Cage long ago shed his famous uncle's name in an effort to blaze his own way--a task at which he succeeded admirably as a performer. But in stepping behind the camera he is sure to remind everyone of that lineage, especially when the result is so far askew from anything one would expect from America's first family of cinema.
The very talented James Franco, who won an Emmy for his portrayal of James Dean, again seems to be inhabiting the ghost of the late legend as the strapping Sonny, recently discharged from army service and headed back home to New Orleans where his mama, Jewel (Brenda Blethyn), awaits. As all-American as this scenario sounds, it's not. Jewel is a Bourbon Street Madame who, prior to Sonny's military service, proudly pimped her son to an entire cadre of sex-starved upper-class Louisiana housewives.
The joy of their reunion is short-lived--Jewel wants to pick up where they left off, with Sonny once again peddling his wares for mama. Sonny, meanwhile, wants to start a new life in the "straight" world, an ambition shared by Jewel's newest star, Carol (Mena Suvari). But Sonny's first effort at integrating with normal society proves so horribly disastrous that he runs straight back to Jewel and the life he had sworn off. There's some salvation in the relationship he builds with Carol, as well as the warm encouragement he gets from Jewel's longtime companion Henry (Harry Dean Stanton), but Jewel is too manipulative and determined to let anyone escape her grasp, and her obsessive streak threatens to push her own son to the brink of self-destruction.
Scripted by veteran television writer John Carlen, "Sonny" touches on so many pertinent and serious points that it's hard to entirely dismiss it. One imagines that this is the kind of story Tennessee Williams might have written if given another decade of life. In execution, though, the movie feels more like Tennessee Williams as seen through the eyes of Ken Russell--overwrought and indulgent to the point of amateurism, with expressions of emotion so over-modulated as to verge on camp. Blethyn's shrill shrew is the film's most aggravating miscalculation--a minor variation on her "Secrets & Lies" and "Little Voice" characters distinguished only by the substitution of a Southern accent for a British one.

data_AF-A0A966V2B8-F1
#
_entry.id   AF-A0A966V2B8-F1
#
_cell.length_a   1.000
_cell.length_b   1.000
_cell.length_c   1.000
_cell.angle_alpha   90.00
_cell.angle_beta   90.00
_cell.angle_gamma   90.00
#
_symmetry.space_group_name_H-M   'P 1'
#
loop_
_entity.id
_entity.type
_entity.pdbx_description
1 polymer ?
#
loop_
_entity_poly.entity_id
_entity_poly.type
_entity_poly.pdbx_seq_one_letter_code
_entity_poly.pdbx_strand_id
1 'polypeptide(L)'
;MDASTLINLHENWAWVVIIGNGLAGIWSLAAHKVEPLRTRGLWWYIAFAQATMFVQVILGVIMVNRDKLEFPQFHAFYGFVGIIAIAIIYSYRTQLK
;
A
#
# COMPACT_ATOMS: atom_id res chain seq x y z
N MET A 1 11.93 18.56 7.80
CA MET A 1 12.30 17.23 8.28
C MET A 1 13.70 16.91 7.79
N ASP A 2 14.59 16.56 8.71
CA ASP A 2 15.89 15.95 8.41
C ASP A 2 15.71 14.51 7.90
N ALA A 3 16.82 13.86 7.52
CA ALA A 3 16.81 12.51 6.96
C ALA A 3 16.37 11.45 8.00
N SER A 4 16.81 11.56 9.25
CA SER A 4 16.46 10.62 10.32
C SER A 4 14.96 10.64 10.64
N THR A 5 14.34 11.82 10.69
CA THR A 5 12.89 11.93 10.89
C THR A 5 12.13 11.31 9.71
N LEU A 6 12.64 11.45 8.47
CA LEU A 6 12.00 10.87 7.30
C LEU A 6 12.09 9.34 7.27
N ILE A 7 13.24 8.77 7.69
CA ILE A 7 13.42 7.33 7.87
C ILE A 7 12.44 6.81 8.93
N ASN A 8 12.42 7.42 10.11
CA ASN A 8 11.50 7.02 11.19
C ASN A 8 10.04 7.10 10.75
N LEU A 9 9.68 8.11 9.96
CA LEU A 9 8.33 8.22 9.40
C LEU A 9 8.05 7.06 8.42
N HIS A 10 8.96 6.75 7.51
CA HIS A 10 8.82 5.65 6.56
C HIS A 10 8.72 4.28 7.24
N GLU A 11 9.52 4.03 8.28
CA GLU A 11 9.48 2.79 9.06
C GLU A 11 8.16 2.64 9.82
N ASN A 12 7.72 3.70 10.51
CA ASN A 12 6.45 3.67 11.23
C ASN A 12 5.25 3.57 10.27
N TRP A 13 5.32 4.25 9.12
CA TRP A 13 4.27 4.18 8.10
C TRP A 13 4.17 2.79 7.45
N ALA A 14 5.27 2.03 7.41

Not that the actors ever really had a chance--Carlen's script simply won't allow it, holding the characters hostage to the necessity of their own stupidity so as to obtain the ending that has been designed for them. Audiences accustomed to empathetic attachment will have little use for such cogs--it's hard to feel sorry for someone born into bad circumstances if they bungle every opportunity to extricate themselves. Fortunately, there's enough intrinsic value in the underlying story and message that even the most fateful mistakes can't entirely unravel the picture. After nearly two hours, though hobbled, broken-down and just plain ugly, "Sonny" still manages to limp across the finish line with a modicum of respect. Starring James Franco, Mena Suvari, Brenda Blethyn and Harry Dean Stanton. Directed by Nicolas Cage. Written by John Carlen. Produced by Nicolas Cage, Norm Golightly and Paul Brooks. A Goldwyn release. Drama. Rated R for strong sexuality, language, some drug use and violence. Running time: 110 min.